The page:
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By Artur Shikhaleev
This thesis attempts to analyze the impact of the diﬀerences in regulatory frameworks that govern state-owned and federally-owned lands on the outcomes of auctions for oil and natural gas leaseholds in the state of New Mexico. The analysis tries to isolate the eﬀect of ownership by controlling for auction structure, leasehold characteristics, and prices of underlying resources. Given past research, the hypothesis is that stricter regulations carry a heavier cost to buyers, so the expectation is that federally-owned leaseholds, which are more regulated, are traded at a discount to state-owned leaseholds. However, the result of this thesis is contradictory to the hypothesis. The conclusion is that stricter regulations do not lead to a discounted auction price for an oil and gas leasehold.
Advisor: James Roberts, Kent Kimbrough | JEL Codes: C12, C21, Q35, Q58 | Tagged:
By Emily Bailey
Unitization, a common but not omnipresent policy that is lauded in both the economics and environmental world for its efficiency, attempts to solve the “tragedy of the commons” common pool failure of oil production by creating a system in which all those with interests in one reserve produce jointly and split profits accordingly. This paper empirically demonstrates what other researchers have hypothesized – that unitization reduces the elasticity of supply with respect to price. It then extrapolates to potential impacts this policy could have on the environment at large by forecasting a future production path based on the model from the previous section. Finally, it demonstrates how unitization could slow the accumulation of greenhouse gases in the atmosphere.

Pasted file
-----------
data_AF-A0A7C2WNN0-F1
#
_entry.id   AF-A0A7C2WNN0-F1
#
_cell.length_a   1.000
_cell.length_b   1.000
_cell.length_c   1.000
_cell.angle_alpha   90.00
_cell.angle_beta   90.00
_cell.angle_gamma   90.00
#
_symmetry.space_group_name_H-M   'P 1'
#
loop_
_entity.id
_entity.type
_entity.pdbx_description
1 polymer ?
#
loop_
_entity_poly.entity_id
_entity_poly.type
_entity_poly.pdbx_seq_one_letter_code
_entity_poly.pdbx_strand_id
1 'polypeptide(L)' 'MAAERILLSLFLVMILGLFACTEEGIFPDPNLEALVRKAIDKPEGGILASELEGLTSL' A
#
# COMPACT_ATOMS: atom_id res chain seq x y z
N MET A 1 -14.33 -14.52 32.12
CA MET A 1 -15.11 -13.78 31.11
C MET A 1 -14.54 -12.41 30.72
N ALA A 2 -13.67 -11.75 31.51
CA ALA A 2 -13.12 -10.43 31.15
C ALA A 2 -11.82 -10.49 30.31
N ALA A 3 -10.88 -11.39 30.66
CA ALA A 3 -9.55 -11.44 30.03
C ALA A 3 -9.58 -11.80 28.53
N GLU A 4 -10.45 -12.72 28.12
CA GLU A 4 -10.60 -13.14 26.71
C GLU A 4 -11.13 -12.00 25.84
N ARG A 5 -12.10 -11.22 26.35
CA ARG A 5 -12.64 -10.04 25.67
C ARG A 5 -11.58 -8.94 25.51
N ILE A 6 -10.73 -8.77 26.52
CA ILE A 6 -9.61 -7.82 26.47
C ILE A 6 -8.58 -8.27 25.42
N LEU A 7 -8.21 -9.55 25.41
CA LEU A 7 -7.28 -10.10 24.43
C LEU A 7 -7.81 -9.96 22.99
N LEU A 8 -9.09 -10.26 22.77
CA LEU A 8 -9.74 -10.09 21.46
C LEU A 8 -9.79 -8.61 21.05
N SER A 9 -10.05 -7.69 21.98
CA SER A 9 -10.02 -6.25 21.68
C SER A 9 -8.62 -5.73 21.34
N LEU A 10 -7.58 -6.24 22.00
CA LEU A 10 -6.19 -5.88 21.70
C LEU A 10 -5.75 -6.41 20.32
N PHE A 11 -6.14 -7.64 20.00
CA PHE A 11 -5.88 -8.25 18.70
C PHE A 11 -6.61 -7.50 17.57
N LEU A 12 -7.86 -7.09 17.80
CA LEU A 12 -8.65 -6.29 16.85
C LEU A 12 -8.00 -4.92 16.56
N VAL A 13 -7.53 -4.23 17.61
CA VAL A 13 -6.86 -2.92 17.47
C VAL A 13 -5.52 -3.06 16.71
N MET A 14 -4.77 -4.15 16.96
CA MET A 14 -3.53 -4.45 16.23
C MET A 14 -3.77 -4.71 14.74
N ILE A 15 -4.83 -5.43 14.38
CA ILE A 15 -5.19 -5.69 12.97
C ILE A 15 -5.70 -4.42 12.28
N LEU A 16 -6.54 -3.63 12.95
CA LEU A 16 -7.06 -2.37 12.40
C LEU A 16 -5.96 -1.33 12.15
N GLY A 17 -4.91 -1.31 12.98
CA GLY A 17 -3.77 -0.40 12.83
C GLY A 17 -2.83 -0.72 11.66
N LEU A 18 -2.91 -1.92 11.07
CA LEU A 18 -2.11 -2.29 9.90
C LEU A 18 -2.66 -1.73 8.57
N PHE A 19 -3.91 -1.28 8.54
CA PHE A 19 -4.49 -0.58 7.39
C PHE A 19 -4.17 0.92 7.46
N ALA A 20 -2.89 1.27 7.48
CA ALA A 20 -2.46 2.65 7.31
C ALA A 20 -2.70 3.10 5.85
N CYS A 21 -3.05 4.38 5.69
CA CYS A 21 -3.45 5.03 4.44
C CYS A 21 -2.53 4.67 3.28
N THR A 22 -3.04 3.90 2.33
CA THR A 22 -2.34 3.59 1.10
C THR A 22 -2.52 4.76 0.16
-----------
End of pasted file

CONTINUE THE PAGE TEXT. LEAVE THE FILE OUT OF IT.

Advisor: Christopher Timmins | JEL Codes: Q38, Q48, Q54 | Tagged: